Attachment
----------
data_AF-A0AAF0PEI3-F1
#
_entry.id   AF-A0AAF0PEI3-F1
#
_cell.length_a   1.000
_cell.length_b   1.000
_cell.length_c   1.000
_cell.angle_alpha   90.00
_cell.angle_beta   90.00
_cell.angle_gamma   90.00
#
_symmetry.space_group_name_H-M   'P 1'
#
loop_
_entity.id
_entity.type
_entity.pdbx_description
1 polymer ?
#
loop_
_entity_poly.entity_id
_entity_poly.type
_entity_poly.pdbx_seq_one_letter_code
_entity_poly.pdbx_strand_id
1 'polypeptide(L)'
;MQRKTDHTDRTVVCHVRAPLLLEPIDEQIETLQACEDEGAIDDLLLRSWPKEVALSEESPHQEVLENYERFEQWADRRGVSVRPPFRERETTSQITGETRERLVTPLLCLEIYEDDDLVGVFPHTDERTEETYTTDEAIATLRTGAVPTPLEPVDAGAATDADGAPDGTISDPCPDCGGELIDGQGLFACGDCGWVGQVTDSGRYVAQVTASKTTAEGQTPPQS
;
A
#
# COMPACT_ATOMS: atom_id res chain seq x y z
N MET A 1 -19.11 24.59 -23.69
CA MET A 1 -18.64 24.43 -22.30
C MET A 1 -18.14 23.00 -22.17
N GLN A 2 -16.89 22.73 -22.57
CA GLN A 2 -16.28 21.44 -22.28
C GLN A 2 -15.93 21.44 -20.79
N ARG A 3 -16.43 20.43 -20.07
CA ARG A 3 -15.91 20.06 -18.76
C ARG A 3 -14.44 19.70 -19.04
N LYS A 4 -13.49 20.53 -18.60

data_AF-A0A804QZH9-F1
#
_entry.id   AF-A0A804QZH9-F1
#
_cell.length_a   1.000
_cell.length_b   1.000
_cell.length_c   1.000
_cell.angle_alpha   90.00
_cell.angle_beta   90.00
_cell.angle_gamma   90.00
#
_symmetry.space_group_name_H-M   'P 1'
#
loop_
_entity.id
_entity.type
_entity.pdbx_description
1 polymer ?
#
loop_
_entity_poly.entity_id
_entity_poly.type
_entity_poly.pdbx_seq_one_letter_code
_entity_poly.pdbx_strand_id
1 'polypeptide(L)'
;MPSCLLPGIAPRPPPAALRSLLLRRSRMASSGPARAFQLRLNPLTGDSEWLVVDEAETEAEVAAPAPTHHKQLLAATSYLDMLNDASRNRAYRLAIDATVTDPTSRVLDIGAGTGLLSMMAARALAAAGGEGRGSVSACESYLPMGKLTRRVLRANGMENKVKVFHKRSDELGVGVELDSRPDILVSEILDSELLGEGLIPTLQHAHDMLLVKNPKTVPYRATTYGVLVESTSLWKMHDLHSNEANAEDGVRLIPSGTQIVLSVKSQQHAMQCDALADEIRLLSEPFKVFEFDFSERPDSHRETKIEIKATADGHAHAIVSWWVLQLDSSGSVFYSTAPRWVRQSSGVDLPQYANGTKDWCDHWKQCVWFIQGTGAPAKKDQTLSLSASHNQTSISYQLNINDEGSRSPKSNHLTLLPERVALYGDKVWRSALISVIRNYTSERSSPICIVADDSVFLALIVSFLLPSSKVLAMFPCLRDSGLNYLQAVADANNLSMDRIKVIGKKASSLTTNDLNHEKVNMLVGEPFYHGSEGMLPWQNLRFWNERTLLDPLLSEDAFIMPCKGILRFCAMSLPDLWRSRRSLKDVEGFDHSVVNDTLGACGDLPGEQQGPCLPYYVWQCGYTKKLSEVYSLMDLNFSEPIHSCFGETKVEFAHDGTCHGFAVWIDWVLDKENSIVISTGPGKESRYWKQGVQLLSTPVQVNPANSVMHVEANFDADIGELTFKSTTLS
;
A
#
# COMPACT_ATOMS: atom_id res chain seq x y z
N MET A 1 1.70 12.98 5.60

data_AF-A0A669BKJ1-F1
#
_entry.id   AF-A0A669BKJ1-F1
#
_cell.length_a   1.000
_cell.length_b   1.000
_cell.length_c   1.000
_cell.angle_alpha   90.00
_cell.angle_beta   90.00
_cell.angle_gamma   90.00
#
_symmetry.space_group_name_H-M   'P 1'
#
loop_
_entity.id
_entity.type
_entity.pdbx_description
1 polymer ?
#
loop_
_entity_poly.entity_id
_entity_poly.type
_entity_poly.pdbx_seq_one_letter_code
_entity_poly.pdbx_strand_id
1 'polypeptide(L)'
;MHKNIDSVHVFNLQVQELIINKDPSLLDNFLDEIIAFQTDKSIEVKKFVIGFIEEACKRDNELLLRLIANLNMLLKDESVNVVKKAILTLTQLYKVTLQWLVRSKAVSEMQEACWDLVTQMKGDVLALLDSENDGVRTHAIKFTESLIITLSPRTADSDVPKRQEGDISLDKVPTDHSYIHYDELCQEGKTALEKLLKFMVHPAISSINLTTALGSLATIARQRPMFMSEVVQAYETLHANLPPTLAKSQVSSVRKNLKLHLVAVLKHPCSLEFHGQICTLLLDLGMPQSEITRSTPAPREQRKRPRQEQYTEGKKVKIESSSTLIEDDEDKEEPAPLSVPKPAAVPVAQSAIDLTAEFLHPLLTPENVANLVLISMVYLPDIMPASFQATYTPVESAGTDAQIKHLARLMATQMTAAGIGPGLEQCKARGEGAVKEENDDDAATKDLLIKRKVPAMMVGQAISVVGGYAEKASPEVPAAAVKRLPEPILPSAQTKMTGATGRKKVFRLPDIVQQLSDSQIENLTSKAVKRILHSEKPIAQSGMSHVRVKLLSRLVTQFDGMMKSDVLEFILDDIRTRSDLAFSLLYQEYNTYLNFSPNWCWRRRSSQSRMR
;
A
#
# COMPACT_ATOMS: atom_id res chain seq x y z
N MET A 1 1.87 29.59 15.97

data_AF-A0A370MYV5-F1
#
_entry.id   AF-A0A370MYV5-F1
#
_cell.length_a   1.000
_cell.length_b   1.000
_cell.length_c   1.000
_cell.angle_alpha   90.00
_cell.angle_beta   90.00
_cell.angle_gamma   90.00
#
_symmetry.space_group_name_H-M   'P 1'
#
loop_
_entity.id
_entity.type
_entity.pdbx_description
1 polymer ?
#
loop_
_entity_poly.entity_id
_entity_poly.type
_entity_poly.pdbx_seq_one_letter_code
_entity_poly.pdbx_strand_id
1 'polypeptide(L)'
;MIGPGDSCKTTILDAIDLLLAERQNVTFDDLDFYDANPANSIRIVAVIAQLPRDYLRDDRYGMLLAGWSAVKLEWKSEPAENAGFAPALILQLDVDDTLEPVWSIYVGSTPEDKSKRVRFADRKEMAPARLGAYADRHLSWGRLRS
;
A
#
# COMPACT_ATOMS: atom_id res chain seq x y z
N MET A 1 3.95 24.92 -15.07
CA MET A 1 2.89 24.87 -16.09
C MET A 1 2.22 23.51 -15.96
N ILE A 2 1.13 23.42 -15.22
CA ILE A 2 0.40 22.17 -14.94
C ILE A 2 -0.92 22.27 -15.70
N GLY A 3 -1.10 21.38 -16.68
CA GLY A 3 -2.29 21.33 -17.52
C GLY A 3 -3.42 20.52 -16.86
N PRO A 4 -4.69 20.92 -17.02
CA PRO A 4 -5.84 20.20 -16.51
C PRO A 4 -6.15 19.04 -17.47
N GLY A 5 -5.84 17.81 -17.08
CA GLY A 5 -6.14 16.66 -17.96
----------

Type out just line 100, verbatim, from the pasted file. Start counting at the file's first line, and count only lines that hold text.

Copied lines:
#